Rough notes for Jyri Engeström – Blind Men’s Baseball

Part 2 of three-part track. Last one’s Chris Heathcote’s one.

Why baseball?

Not beer, hotdogs, hat etc.

It takes a long time… Lot of it is pretending to pitch etc. Pitchers are glancing all the time. That’s the aspect that’s interesting to him.

Important social consequences.

1 Spatial

Seeing surrounding space in the present. Focussing, seeing the whole at once while you’re in it yourself. (Reminds me of Japanese martial concept op zanshin.) Concept of thee whole: when you lack it – example of the three blind men and elephant. What if they decided to go play baseball? They’ll only be able to communicate about their position by shouting.

No peripheral vision = navigating in the dark

Link with tech:

Phone: assumption is that you know who you’ll call.

Except: before dialing you make a lot of other choices about timing etc: where are they, what are they doing?

Phones don’t tell you much currently…

“Oy! Where u at?”

IM: state indicators, place indicators, etc. (Plazes plugin).

Cross pollinate mobile with IM interfaces.

Analogy to driving in traffic, constantly paying attention to what other drivers are doing and adjusting.

When info is out there, people will start being more polite.

This is all about spatial aspect, which is about present tense.

Other aspect: time.

Hockey: great players play where the puck will be. Anticipation.

Seeing each other as vectors, spatial and temporal at the same time.

Spaceballs clip.

Organizing life: calendar designed with assumption that only your won calendar matters…

Mobile 2.0 isn’t about multimedia. It’s about social interactions. Better social peripheral vision.

Where will this lead?

Looking to WoW for examples of ways to enhance peripheral vision.

Question: what will this look like in mobile device?

His social science background isn’t always helpful, but it allows him to look at the other side of the coin – those that are left behind.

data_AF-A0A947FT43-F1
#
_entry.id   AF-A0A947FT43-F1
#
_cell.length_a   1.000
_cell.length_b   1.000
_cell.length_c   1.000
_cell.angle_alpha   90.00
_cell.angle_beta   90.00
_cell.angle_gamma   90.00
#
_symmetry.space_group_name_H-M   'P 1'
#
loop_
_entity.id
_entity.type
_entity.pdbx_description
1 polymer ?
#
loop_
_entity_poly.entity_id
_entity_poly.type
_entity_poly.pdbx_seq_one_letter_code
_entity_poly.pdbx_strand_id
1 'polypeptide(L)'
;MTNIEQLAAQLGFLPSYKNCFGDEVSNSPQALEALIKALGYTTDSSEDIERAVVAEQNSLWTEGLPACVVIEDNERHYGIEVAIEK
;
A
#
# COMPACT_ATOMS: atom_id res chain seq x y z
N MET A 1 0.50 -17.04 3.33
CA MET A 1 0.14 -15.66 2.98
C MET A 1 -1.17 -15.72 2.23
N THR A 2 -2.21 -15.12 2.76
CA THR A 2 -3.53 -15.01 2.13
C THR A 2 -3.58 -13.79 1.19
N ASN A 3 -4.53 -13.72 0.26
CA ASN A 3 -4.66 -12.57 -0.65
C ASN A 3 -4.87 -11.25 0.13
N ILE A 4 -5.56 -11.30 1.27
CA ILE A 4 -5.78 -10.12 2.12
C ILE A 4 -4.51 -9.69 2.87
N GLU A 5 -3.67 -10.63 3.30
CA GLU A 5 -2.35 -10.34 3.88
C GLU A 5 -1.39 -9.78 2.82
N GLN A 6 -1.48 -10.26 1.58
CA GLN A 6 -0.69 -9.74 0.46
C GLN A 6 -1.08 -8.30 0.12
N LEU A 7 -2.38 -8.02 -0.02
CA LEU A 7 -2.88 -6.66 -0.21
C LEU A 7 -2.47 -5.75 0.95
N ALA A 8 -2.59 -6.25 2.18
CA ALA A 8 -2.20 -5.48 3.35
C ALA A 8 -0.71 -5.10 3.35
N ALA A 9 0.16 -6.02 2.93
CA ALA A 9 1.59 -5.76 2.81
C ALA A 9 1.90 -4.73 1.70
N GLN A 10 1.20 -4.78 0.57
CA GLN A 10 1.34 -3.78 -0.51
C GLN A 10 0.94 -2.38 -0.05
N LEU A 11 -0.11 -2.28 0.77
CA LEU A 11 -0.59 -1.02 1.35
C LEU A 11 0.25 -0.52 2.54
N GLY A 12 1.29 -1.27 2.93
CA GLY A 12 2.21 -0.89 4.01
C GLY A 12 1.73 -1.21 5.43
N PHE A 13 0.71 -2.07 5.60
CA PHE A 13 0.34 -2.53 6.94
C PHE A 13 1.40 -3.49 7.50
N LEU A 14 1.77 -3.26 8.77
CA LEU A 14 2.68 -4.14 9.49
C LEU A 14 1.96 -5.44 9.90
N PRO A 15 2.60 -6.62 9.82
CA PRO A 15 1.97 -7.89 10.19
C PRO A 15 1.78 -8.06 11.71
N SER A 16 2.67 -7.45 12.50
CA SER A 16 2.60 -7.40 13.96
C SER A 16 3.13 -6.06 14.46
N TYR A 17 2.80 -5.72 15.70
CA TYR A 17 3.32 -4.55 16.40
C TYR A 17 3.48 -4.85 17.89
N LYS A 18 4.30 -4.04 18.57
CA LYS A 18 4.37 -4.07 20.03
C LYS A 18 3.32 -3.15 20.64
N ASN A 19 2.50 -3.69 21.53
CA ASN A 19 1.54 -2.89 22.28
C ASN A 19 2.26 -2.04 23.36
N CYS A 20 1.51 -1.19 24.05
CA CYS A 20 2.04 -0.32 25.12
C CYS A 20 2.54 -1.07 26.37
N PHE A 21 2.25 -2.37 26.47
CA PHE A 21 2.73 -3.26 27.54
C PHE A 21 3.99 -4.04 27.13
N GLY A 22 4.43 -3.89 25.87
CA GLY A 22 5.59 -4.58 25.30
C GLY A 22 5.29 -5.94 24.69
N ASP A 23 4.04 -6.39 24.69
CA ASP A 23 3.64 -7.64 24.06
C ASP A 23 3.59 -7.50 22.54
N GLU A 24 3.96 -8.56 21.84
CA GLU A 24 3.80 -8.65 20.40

People who are left out will seem more and more out of it socially.

Example from Abbott and Costello.

Questions Q Why don’t operators innovate more? A He thinks it’ll come from 3rd party devs that get the web. He doesn’t have much confidence in operators. Technically more and more is becoming possible (Python, Flash, WiFi).

Q Other people’s calendars: Intimacy, are we using tools to replace our innate abilities to track things. A Outsourcing mental activity to devices. You forget how to do it yourself. Phone numbers, you can’t remember them anymore. Technological innovations are built as bleeding edge as long tech chains. If stuff breaks they become useless. E.g. Katrina, boxing day tsunami. Electricity goes out, the rest is useless.

Q Examples shown are only for closely tied people. What are applications for larger groups, filtering, etc.? A Absolutely, third aspect missing is past: recommendations, comments on places visited. Flickr is about the past. Web is good at organizing that stuff. That’s why multimedia won’t take off on mobile.

Q On technological replacement: scale of things is increasing. How do you manage that? Reminds him of Wildfire. Programming devices on reach-ability. A Privacy settings will limit our range. It’ll keep increasing (possible range) become more and more ad-hoc. Instead of networking, notworking.

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Kars Alfrink

Kars is a designer active in the area of play, society and technology. Currently, he is principal at Hubbub, a playful design consultancy and a studio for playful products. He lives and works in Utrecht, the Netherlands.

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